A Few Things

I have found some wonderful things this past week that have made me very hopeful for the end product of this project.

In the City’s 1918 annual report I found a transcription of a fantastic speech given by the Mayor which touches on the effects of war time on North Adams. I’ve also been looking through the yearbooks, which have luckily been digitized.


The 1918 yearbook in particular offers a great picture of the school activities during the war.

I also visited two of the massive cemeteries in town and found a gentleman who was twice a congressman on both State and Local levels and served on the World War Draft Board in 1917.

Overall it’s been a great week for this project and I’ve found that there are more materials available to me than I’d previously thought.




3 Thoughts on “A Few Things

  1. What kinds of activities was the school involved in during the war? Apparently the women at the State Normal School (UMW now) actually went into the surrounding counties to help farmers shuck corn and whatnot! The YWCA and Red Cross clubs were also very active on campus. It would be interesting to see (for everyone on this project!) how much the students’ activities at each school cross over or differ!

    It sounds like the gentleman you mention was a very prominent man in town–perhaps a local historical society or museum has more information about him? We are currently working on tracking down some of the high-profile people of Fredericksburg during the WWI era, because they are more likely to have records and much more available information than the average inhabitant.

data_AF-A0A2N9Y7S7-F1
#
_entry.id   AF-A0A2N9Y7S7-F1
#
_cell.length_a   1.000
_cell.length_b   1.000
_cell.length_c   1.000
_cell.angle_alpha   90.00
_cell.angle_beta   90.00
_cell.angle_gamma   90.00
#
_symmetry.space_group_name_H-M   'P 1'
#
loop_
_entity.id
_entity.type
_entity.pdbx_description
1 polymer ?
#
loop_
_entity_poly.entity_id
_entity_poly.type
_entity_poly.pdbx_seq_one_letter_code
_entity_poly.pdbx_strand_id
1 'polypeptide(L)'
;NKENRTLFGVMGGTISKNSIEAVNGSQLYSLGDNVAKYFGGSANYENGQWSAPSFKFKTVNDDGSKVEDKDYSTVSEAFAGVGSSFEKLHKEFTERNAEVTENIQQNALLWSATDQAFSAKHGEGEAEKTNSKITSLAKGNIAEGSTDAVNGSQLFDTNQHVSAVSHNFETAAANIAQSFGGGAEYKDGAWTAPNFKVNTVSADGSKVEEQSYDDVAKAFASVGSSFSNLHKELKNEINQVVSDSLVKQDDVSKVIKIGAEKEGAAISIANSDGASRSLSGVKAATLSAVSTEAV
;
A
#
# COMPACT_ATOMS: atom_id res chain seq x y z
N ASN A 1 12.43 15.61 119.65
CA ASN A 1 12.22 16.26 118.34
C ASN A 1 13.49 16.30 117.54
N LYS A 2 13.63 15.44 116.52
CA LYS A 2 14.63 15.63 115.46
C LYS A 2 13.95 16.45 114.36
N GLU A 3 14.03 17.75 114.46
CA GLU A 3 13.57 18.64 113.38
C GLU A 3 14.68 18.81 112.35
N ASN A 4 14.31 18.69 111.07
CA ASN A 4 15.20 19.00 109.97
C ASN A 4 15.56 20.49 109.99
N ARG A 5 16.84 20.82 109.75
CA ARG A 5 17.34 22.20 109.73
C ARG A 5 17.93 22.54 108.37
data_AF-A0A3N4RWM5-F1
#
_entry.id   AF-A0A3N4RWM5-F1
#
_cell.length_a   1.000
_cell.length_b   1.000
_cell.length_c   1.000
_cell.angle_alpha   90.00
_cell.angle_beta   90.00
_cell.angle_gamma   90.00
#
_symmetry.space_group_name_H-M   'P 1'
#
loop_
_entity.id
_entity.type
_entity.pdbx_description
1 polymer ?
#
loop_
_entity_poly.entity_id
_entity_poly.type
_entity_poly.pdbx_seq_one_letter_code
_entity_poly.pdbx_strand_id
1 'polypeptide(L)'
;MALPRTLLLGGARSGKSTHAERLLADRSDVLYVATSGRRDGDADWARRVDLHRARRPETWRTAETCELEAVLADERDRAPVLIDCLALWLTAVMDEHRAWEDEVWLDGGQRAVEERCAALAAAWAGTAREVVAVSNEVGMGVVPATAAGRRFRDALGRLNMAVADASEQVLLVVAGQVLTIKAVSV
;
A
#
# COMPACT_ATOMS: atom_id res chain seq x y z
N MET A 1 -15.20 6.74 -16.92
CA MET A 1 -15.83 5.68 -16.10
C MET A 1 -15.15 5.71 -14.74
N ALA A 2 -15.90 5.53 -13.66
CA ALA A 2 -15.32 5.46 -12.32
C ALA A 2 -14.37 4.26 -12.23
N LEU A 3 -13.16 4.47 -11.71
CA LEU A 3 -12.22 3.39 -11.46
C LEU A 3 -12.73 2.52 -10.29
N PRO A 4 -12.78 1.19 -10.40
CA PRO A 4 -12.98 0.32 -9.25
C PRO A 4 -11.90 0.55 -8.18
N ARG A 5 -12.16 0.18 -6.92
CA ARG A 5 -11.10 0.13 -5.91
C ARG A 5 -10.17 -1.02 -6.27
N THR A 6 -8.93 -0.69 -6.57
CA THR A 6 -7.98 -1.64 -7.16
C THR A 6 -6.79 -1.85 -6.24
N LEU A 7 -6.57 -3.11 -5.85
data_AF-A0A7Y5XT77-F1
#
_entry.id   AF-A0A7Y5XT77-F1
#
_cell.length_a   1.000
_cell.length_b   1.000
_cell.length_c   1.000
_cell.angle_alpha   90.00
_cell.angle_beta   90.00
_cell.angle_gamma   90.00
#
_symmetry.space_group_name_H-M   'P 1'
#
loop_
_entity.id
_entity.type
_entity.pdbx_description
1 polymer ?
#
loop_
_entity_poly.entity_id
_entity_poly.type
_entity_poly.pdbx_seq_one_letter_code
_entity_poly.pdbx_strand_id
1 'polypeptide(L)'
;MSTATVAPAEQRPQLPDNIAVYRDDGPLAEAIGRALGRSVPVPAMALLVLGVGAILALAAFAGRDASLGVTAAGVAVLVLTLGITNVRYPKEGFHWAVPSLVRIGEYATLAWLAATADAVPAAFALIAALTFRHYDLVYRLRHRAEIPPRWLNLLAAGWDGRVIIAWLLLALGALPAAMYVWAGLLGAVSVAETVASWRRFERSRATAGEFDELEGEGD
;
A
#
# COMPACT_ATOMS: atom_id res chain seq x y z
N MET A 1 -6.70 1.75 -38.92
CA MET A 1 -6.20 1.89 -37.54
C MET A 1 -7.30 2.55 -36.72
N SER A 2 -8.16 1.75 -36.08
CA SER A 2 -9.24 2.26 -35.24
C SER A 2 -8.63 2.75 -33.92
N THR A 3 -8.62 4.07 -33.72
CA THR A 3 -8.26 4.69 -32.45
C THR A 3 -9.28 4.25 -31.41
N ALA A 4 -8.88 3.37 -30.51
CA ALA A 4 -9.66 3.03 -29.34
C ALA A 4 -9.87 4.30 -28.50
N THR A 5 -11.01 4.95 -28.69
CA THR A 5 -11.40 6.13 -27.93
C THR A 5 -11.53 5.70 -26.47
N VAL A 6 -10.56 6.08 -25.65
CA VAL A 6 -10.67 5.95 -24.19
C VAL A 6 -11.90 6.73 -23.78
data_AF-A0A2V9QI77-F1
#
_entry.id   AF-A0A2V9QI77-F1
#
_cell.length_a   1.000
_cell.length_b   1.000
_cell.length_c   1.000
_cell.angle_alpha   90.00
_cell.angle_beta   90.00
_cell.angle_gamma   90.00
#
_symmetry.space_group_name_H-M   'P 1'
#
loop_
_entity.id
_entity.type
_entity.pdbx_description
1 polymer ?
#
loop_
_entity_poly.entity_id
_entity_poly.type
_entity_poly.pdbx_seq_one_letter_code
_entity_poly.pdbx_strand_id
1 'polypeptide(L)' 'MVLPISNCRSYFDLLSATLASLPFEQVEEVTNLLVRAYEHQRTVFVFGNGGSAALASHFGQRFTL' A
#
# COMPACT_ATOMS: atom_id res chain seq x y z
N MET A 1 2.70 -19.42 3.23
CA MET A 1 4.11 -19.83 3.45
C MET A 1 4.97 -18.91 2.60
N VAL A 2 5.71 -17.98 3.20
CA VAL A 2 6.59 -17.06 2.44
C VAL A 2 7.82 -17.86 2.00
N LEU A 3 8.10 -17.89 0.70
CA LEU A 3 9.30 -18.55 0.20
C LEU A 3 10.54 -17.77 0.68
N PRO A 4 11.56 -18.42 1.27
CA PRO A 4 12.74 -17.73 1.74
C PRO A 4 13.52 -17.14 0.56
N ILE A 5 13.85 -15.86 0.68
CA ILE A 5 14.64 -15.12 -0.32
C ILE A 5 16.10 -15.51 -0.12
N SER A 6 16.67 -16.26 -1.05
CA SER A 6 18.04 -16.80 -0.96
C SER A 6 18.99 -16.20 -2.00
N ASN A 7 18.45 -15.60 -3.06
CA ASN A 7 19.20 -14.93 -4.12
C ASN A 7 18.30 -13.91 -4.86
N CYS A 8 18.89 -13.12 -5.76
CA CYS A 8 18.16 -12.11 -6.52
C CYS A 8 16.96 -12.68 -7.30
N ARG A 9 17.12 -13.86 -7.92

2. alisia on February 2, 2014 at 7:49 pm said:

    From what I’ve found so far, the Glee Club was extremely active and routinely made patriotic tunes an integral part of their repertoire during the war-which was very popular and well received by audiences. One account talks about how at the end of one of their concerts they started going into some patriotic songs and the whole audience joined in. The students also turned the garden they normally used for their horticulture classes into a “war garden”. There was another tradition, called “the Man Dance”, which was a kind of amusing. Since it was a girls college there weren’t any boys usually allowed on campus. Once a year the school held a dance which the local boys were allowed to attend. I was surprised to see this tradition was continued during the war. However there was a remark made in the yearbook about how there were fewer fellows to dance with than usual.

    The gentleman, George Pelton Lawrence, was quite an accomplished man and even has a (short) Wikipedia page! I stumbled upon his grave by accident and I’m so glad I did. I’m optimistic that the historical society will some some more information for me. I was also given the name of a local historian who, apparently, knows everything there is to know about North Adams and I’m sure he can shed some light on him as well.

  3. “Overall it’s been a great week for this project and I’ve found that there are more materials available to me than I’d previously thought.”

    That is very good news. Congratulations on your progress.

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